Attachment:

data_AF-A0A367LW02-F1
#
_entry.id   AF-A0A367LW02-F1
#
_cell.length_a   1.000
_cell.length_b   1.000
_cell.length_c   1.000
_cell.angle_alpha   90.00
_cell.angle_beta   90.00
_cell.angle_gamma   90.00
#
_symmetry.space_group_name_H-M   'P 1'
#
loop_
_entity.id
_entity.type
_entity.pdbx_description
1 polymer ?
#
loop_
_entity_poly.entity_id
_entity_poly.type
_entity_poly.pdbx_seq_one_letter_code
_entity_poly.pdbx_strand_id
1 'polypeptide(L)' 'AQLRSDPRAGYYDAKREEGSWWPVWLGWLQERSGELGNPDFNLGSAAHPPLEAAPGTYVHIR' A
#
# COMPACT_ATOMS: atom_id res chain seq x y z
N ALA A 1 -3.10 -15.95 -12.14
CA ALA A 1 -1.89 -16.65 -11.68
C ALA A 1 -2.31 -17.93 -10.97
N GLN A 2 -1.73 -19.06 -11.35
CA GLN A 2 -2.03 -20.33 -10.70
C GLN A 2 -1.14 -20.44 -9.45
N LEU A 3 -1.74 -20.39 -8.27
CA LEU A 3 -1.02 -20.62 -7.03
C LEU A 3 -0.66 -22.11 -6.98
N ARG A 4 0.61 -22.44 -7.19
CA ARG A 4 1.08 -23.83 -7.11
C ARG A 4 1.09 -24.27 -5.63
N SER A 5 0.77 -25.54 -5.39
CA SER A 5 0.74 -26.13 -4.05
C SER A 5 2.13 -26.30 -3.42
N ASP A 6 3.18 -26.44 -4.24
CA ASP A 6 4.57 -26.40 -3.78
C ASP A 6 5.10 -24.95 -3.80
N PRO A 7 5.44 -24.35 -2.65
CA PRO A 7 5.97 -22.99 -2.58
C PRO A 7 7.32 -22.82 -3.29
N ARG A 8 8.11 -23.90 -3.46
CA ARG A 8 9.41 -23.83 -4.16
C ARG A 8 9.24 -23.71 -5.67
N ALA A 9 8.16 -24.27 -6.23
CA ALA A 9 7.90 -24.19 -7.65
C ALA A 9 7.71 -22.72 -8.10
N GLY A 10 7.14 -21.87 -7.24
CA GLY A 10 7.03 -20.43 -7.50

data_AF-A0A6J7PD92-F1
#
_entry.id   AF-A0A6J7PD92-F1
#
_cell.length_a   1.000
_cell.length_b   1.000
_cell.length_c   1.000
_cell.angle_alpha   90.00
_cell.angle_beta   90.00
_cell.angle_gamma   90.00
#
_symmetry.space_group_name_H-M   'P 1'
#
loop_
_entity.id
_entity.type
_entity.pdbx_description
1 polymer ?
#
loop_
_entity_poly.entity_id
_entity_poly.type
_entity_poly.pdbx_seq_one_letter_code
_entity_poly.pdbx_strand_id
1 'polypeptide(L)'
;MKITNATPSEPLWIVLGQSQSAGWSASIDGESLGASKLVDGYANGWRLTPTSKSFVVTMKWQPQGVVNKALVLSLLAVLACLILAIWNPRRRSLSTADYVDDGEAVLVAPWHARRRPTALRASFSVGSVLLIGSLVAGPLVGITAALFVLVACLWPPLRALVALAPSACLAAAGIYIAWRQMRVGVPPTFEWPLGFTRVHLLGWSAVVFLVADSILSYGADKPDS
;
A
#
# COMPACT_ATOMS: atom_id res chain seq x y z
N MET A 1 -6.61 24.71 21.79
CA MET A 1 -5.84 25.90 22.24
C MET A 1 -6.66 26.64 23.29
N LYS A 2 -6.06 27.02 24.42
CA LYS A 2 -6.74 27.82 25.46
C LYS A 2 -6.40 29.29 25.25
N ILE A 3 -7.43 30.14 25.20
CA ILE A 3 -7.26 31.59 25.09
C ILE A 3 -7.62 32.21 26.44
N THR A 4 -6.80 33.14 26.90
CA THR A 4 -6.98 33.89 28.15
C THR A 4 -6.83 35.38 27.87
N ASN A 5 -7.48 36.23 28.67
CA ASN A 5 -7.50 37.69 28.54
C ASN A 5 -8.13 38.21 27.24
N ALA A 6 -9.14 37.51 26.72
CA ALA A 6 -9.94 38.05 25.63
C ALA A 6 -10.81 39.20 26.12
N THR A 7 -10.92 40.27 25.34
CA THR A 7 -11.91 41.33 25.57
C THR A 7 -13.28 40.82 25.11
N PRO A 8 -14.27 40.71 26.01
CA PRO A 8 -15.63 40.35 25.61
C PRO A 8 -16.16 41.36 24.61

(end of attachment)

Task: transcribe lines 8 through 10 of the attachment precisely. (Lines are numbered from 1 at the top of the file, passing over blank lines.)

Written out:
_cell.angle_alpha   90.00
_cell.angle_beta   90.00
_cell.angle_gamma   90.00